Idaho sugar beet farmers say their crops are mostly planted and are off to a good start, though cold and wet weather has delayed planting in other major sugar beet states.
Thus far, Idaho has avoided widespread frost damage, which forced growers to replant about half of their beets last season.
Mark Duffin, executive director of Idaho Sugar Beet Growers Association, said some growers held off planting by about a week to minimize the frost risk following last season.
“So far this year, there have been some replants, but not nearly to the extent we had a year ago,” Duffin said.
American Falls, Idaho, farmer Jeff Pahl started planting his crop on April 1 last season but waited a week longer to plant this season as a precaution. His beets have grown to the width of a nickel, though growth has been delayed a bit by recent cold nights that have dipped to 28 degrees. Unlike last season, however, his beets haven’t sustained damage.
USDA estimated 98 percent of Idaho’s beet crop was planted by May 11. In states such as Minnesota, Michigan and North Dakota, farmers hadn’t finished planting beets due to wet and frozen ground.
“From what I’ve heard, we’re definitely better off than most states as far as getting the crop in and getting (beets) started,” Pahl said. “So far it looks optimistic as far as crop growth goes.”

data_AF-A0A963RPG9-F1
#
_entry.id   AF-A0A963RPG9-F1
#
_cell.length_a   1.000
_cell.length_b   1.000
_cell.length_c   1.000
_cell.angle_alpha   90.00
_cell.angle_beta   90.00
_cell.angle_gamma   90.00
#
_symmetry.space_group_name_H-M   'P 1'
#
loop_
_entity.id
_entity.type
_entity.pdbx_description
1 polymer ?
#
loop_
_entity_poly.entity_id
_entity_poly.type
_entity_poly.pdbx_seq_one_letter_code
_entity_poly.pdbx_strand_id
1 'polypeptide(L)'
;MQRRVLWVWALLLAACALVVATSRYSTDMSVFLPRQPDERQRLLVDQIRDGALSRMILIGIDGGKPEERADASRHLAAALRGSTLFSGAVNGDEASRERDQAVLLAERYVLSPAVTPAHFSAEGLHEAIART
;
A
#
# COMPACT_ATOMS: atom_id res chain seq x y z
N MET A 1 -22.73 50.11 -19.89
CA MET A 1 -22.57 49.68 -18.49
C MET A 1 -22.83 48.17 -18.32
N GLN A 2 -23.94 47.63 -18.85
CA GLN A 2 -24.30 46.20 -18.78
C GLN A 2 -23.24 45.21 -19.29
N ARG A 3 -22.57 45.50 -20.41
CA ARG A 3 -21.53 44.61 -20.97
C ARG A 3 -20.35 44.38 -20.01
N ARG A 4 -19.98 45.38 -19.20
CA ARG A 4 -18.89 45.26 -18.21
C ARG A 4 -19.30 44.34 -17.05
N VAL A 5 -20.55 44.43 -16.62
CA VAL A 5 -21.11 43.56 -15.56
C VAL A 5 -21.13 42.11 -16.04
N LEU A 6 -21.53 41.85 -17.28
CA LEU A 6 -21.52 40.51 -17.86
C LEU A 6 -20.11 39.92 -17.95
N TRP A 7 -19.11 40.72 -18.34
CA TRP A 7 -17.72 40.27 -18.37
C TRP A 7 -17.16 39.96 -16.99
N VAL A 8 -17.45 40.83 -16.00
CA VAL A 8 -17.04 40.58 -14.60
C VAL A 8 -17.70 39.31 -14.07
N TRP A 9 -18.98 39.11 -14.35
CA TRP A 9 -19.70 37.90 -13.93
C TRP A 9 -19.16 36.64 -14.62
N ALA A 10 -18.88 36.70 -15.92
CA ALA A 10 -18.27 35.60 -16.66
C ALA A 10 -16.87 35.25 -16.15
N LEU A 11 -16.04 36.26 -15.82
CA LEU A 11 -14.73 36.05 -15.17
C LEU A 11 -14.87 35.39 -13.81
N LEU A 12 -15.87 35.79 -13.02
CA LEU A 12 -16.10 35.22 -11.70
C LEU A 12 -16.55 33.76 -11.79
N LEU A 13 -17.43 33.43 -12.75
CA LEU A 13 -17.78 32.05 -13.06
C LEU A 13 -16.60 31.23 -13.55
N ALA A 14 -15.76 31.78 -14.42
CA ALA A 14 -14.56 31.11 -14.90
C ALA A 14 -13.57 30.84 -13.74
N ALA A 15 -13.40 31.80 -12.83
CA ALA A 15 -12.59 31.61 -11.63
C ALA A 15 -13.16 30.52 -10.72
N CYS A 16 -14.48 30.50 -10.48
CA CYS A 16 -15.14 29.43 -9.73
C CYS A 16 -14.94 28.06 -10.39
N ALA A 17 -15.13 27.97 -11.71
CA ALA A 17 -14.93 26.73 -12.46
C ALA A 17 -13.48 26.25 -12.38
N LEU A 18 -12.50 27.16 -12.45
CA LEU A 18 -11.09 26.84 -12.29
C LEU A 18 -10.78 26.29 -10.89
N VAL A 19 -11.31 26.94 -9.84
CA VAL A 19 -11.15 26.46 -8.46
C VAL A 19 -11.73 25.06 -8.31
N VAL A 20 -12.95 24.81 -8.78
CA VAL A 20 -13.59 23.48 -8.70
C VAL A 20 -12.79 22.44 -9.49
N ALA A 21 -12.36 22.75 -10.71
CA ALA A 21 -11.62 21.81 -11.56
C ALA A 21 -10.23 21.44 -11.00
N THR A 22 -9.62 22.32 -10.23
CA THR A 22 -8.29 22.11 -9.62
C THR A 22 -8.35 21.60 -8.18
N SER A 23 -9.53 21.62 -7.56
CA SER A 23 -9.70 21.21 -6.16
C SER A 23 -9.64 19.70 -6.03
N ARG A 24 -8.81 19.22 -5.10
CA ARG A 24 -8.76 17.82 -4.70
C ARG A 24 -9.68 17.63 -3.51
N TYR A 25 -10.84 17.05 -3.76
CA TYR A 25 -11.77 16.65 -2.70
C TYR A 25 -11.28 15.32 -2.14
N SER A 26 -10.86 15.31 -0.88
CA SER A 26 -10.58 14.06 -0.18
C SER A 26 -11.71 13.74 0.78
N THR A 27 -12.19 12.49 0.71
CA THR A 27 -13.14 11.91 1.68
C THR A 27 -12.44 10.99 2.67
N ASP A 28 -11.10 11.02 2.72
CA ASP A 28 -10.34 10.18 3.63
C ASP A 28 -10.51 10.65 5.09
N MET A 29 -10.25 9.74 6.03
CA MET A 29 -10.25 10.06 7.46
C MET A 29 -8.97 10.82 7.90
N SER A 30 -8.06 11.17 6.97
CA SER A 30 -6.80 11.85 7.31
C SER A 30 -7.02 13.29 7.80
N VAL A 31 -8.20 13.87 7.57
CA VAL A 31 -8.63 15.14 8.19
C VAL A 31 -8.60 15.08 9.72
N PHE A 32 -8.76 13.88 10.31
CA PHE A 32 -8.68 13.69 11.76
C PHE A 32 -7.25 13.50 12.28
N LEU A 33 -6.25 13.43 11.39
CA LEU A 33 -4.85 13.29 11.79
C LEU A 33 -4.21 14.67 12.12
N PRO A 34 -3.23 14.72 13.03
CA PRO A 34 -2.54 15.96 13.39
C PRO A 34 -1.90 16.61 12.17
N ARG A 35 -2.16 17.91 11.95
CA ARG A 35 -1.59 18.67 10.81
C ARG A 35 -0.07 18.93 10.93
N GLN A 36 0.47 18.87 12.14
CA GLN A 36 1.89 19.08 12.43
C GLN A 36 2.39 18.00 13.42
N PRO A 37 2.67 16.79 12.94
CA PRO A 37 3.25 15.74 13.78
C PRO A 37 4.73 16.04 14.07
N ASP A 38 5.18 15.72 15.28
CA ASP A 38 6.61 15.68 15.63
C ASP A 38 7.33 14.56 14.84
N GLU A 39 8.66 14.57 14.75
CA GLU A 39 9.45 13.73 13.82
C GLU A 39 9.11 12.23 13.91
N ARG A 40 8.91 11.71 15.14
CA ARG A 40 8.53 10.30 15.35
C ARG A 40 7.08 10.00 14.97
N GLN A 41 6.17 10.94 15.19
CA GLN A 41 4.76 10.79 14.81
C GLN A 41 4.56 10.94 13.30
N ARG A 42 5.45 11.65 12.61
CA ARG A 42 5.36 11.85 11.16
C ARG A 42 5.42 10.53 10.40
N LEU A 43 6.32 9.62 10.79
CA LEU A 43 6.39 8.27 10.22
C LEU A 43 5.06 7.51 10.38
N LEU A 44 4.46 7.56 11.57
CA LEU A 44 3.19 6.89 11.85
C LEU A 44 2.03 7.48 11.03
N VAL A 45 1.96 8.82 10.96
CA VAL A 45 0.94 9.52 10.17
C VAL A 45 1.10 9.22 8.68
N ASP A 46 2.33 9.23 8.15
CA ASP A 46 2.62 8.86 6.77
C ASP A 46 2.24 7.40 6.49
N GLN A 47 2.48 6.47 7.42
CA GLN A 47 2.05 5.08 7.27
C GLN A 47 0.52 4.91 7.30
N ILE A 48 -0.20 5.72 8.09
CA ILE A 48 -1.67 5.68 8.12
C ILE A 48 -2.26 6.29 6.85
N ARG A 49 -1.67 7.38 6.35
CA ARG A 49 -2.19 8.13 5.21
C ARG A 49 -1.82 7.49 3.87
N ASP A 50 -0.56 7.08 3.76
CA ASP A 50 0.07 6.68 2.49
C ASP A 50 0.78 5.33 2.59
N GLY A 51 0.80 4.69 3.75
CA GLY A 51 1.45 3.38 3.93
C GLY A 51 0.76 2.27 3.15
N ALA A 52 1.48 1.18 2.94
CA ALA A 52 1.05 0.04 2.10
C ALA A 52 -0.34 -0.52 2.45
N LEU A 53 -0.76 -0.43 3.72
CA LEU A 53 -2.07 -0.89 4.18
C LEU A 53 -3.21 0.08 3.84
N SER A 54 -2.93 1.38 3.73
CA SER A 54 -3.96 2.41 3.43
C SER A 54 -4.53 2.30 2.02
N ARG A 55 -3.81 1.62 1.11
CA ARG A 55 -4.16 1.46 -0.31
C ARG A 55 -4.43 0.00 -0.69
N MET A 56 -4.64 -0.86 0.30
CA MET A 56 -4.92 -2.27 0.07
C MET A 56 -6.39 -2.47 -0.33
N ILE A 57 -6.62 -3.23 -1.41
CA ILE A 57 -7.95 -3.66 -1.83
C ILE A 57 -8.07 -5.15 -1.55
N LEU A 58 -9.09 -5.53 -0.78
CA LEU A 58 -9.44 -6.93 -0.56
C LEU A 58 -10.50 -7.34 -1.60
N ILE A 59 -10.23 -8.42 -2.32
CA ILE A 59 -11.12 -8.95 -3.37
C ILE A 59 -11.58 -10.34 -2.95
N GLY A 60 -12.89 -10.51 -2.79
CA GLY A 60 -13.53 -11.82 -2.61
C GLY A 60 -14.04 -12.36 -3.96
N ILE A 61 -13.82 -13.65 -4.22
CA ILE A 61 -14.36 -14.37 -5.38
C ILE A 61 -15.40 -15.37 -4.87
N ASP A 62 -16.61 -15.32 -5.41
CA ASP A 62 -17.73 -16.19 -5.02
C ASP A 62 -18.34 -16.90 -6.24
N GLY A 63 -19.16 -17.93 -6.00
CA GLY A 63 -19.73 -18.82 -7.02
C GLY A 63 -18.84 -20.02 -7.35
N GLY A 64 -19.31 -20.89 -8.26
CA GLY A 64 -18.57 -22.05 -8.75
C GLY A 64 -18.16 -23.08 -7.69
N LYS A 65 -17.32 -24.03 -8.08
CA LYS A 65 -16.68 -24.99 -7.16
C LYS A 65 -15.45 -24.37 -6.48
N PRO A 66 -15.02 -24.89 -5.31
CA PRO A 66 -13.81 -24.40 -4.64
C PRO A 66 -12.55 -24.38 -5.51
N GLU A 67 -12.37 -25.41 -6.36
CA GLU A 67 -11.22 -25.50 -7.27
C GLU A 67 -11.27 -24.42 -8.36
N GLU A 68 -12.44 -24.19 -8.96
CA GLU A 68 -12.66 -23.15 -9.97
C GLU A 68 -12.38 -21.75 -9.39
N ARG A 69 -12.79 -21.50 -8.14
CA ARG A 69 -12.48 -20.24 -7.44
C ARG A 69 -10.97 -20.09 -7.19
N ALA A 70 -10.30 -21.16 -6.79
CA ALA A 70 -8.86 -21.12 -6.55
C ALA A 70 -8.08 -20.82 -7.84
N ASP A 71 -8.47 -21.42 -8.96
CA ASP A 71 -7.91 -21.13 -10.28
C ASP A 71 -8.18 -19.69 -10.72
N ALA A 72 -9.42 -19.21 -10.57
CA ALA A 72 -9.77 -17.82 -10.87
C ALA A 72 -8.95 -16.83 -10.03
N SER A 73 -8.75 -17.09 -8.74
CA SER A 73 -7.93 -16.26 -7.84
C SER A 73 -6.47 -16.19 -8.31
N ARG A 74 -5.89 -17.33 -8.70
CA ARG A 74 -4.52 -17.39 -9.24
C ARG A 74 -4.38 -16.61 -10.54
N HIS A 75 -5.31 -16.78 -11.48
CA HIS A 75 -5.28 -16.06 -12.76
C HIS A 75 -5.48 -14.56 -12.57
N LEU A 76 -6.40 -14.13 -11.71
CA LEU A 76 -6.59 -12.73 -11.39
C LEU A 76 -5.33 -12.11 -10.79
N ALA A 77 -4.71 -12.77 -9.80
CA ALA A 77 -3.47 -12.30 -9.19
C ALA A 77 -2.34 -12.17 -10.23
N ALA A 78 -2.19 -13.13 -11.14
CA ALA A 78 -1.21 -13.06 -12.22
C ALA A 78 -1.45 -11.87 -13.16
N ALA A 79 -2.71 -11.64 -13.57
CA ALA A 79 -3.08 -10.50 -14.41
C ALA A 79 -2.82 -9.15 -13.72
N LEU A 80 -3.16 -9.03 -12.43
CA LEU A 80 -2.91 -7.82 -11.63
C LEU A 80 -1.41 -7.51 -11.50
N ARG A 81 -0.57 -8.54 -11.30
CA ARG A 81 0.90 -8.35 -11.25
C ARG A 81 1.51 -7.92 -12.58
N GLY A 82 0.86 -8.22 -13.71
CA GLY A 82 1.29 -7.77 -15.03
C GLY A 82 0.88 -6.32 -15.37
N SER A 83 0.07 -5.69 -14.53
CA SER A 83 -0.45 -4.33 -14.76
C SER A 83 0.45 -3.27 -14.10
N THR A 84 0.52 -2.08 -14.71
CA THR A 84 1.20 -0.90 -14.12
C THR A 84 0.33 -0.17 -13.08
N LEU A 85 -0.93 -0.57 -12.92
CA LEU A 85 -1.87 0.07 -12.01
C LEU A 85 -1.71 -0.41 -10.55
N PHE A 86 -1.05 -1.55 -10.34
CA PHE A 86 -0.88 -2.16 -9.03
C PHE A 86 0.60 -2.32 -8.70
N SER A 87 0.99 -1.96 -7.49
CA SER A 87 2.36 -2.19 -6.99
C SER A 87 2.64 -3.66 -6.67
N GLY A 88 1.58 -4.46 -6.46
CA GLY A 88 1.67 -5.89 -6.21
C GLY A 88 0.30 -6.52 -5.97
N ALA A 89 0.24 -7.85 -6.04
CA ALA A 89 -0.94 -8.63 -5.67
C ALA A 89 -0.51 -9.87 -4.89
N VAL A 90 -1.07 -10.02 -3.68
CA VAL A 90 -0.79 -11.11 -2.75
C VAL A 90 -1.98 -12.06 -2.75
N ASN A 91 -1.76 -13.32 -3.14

Vic Jaro, president and CEO of Boise-based Amalgamated Sugar Co., expects to have 180,000 contracted sugar beet acres this season, down from the usual 182,000 acres.
Jaro explained Amalgamated has an act of God exclusion. A committee allowed certain growers who draw water from Owyhee Reservoir and a few smaller reservoirs in Oregon, where the water supply is limited, to opt out of planting about 4,000 acres of obligatory beet shares.
He said beet growers in other areas with adequate water supplies have picked up about 2,000 of those acres.
The national beet crop is expected to be down about 4 percent, reflecting low sugar prices, Jack Roney, director of economics and policy analysis with the American Sugar Alliance, said.
Throughout 2013, U.S. raw sugar prices averaged 20.5 cents per pound, well below levels of the 1980s. Roney said raw prices have strengthened lately and are now about 24 cents per pound.
Roney believes Mexico has reduced its sugar shipments to the U.S. to assess the ramifications of a complaint American sugar growers filed in late March. They alleged Mexico has illegally dumped subsidized sugar onto the U.S. market and are requesting protective tariffs.
The price of refined sugar reached 29.75 cents at the start of May, up from 26.5 cents in March.
Roney said weather-delayed sugar plantings in the U.S., the reduced national crop size and USDA’s diversion of about a million pounds of surplus sugar from the U.S. market have also contributed to stronger prices.
Jaro and Roney declined to estimate the break-even price for growers, though Pahl said current prices are near the break-even point for his region. World prices for raw sugar are now 17-18 cents.